About the time the small city of Abilene in mid-west Texas was undergoing a downtown renovation, people began to ask the question, “What happens to the original art that goes into illustrating bestselling children’s books?” That sparked a movement to find those artworks and the artists who produced them. The result was the establishment of the National Center for Children’s Illustrated Literature. Housed in a reclaimed building on the corner of Cedar Street and North First, the museum is now the point of origin for incredible fine art that travels to museums all over the nation.
“We are the only museum in the nation that does what we do,” Debbie Lillick, executive director, said, “Everything starts here.” When she asked the artists themselves where their original artwork for children’s books were, she said, “They told me things like, ‘some of them are stacked up on shelves or under the bed.’”
The artists were asked to send their original art to NCCIL to be exhibited there before being loaned out to other museums. The artists were enthusiastic about the project. Writer and authority on children’s literature assured Lillick that the NCCIL is well known in art circles in New York. “That’s amazing,” she commented, “many people right here in Abilene don’t even know we’re here.”
Lillick’s favorite place in the museum is one which is not open to the public. She can often be found in the workroom in back where she frames the art and gets it ready for the gallery. It is also the place where she prepares the art in crates for shipping off to other museums. The center has its own truck and driver who spends a great deal of time on the road.
NCCIL, affectionately called “the Nickel,” was originally taken on as a project by the Junior League of Abilene. After moving around to various venues in the city and ending up in the Red Carpet area of the Abilene Civic Center, it finally came to its permanent location with its spacious gallery and areas set apart for children’s art activities. When children visit the museum they are given a guide book that both tells something about the artist and has activities to help the children learn more about the process of illustrating the books they love.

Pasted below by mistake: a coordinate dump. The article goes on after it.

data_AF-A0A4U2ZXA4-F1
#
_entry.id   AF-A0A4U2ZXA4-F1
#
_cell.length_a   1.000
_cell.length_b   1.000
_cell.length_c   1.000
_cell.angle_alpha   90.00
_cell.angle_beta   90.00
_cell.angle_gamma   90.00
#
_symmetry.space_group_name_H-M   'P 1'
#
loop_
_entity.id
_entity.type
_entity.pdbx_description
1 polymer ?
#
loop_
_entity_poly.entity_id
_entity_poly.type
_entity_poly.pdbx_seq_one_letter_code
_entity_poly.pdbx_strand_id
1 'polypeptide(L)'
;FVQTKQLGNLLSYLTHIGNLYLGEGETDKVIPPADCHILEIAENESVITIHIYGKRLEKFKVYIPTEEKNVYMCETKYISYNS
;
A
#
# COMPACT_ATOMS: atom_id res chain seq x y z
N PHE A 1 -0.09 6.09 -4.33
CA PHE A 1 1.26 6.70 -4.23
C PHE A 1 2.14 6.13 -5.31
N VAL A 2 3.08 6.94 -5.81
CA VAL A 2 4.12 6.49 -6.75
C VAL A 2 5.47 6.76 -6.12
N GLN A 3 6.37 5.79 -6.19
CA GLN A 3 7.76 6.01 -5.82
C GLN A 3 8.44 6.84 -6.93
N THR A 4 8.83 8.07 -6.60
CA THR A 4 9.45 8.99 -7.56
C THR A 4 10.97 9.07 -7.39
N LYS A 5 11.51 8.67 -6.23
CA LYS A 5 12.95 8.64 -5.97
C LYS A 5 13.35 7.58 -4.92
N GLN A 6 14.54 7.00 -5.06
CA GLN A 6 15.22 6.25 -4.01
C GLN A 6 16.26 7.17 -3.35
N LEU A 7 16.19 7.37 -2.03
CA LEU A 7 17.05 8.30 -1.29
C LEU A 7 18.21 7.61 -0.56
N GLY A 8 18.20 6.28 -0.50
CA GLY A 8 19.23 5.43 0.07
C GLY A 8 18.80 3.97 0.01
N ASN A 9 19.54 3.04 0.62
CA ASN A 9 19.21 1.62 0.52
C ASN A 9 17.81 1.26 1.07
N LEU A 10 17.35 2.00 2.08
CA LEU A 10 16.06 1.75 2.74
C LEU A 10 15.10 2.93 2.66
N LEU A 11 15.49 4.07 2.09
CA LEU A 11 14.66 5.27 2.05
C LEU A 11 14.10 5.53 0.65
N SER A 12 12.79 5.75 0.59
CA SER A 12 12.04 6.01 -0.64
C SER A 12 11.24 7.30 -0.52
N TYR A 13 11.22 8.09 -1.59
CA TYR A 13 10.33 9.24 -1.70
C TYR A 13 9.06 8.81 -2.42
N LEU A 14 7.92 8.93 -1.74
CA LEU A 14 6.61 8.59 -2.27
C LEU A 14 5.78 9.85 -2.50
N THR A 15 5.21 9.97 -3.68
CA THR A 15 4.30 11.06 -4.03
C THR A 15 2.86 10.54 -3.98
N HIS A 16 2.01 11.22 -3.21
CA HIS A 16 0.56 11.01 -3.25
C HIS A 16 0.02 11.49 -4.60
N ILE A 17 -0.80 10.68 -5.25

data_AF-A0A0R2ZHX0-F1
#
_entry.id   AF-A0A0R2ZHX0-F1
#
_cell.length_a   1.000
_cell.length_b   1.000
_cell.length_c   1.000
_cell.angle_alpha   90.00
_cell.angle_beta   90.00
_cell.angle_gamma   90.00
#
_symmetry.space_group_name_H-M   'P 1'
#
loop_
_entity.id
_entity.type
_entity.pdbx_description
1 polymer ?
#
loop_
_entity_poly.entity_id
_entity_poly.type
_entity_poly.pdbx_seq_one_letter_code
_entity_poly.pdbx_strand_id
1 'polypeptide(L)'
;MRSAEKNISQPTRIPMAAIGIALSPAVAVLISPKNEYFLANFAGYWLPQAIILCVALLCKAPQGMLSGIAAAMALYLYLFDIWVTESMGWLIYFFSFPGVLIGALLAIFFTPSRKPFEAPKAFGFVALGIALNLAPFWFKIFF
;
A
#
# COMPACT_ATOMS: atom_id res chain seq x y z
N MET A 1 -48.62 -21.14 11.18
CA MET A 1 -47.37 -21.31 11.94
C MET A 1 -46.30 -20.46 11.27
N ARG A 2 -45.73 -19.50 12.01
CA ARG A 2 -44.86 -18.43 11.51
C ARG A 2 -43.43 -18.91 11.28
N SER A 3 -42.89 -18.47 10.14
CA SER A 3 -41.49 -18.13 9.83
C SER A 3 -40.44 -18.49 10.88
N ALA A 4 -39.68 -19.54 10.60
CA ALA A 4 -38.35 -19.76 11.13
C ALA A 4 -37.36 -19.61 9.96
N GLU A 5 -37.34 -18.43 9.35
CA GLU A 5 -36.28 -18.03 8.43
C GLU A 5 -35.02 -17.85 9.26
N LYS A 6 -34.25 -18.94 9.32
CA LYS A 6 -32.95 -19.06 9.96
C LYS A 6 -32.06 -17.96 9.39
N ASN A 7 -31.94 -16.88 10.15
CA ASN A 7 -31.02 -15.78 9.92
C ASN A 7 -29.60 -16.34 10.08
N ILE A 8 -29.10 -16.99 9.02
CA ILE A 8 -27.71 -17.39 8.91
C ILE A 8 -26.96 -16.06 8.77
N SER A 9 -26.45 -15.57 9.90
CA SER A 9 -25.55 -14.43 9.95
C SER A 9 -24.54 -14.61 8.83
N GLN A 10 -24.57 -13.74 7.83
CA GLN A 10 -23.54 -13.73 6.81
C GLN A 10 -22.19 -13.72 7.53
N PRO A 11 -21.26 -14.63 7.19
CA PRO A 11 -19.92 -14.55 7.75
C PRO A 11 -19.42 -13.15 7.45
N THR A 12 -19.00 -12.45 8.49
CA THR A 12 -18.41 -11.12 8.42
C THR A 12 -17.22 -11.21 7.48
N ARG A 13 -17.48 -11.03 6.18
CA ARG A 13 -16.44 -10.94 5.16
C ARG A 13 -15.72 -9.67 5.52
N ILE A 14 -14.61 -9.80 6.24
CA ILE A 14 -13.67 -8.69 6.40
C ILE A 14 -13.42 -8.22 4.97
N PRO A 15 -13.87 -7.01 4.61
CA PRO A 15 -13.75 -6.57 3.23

Currently the exhibit features the unique work of Raúl Colόn whose artwork has been printed in such books as Tόmas and the Library Lady, Angela and the Baby Jesus, and Don’t Forget, God Bless Our Troops by Jill Biden. Colόn was guest of honor at the opening and stayed around a while longer to give art lessons to the children who visited the exhibit. The children were especially delighted to learn how to draw Spiderman. His multi art media illustrations are incredibly full of both motion and emotion. They are interesting to children as illustrations as well as being brilliant works of fine art appealing to adults.
Aside from the nationally recognized artists who have come to the Nickel, other famous personalities have attended exhibits and functions at the museum. At the Lorax fund raising dinner, Lynda Johnson Robb was guest of honor. The daughter of the late President Lyndon Baines Johnson was instrumental in bringing the Lorax exhibition from the LBJ Library collection.
Much of the great artwork for children’s books has been lost over the years. The work NCCIL does now will preserve more of this outstanding art. The shows hang in the gallery for about three months before they are sent on tour. The recent Lorax exhibition brought into Abilene bronze statuary from The Cat and the Hat by Dr. Seuss. Reception was so enthusiastic in the community that replicas of the collection will soon be on permanent display in the city.
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